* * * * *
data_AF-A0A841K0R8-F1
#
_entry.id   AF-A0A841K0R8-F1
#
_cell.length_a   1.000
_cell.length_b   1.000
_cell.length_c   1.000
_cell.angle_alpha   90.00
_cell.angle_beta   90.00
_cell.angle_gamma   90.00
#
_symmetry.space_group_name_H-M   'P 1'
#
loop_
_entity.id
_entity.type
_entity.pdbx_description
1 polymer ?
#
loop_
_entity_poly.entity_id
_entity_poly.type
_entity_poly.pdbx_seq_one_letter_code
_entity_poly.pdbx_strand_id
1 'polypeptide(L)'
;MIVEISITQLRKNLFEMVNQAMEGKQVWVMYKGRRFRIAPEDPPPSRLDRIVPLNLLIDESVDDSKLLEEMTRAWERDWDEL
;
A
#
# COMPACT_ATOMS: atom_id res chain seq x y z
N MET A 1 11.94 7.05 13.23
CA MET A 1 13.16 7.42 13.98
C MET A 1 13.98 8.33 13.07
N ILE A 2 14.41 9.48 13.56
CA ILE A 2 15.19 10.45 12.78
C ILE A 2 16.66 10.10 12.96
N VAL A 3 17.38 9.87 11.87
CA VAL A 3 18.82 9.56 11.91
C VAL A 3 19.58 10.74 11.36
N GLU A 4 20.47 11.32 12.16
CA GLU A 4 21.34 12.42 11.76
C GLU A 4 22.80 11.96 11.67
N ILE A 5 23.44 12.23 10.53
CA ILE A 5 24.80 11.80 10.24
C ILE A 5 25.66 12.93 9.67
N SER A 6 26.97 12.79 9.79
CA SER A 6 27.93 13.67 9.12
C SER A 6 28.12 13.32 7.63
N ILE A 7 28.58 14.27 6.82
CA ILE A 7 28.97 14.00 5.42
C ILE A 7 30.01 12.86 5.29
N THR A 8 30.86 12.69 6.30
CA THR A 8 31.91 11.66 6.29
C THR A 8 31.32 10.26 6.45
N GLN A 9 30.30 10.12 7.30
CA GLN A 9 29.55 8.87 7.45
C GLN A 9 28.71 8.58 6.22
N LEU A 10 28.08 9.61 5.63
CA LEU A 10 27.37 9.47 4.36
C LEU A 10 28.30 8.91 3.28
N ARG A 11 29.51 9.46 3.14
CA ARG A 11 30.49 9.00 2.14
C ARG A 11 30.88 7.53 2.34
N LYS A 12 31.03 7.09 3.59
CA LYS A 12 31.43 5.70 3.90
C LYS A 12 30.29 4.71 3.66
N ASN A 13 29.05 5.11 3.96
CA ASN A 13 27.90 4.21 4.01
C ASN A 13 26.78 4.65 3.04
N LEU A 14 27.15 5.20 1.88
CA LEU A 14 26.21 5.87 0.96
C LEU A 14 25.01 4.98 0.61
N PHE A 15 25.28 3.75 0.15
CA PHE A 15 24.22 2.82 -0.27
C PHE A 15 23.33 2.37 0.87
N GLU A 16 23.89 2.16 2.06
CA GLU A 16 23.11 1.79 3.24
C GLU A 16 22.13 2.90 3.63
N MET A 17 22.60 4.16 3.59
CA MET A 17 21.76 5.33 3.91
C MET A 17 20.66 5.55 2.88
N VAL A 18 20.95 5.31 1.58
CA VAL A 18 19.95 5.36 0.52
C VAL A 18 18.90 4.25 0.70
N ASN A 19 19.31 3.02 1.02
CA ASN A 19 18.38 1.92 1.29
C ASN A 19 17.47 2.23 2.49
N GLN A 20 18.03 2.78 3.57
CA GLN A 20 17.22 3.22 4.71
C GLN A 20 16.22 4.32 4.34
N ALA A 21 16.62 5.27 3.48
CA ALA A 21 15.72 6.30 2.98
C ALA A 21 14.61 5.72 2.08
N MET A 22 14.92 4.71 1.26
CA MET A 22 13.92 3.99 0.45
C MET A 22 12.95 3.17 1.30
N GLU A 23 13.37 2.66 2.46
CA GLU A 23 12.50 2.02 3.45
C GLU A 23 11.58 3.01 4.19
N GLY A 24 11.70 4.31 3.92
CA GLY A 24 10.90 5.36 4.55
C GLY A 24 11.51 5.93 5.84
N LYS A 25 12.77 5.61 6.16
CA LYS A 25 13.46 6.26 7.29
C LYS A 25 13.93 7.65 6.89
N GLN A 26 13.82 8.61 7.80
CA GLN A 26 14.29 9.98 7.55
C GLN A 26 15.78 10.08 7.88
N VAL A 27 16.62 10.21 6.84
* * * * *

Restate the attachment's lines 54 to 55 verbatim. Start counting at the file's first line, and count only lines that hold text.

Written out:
C THR A 8 31.32 10.26 6.45
N GLN A 9 30.30 10.12 7.30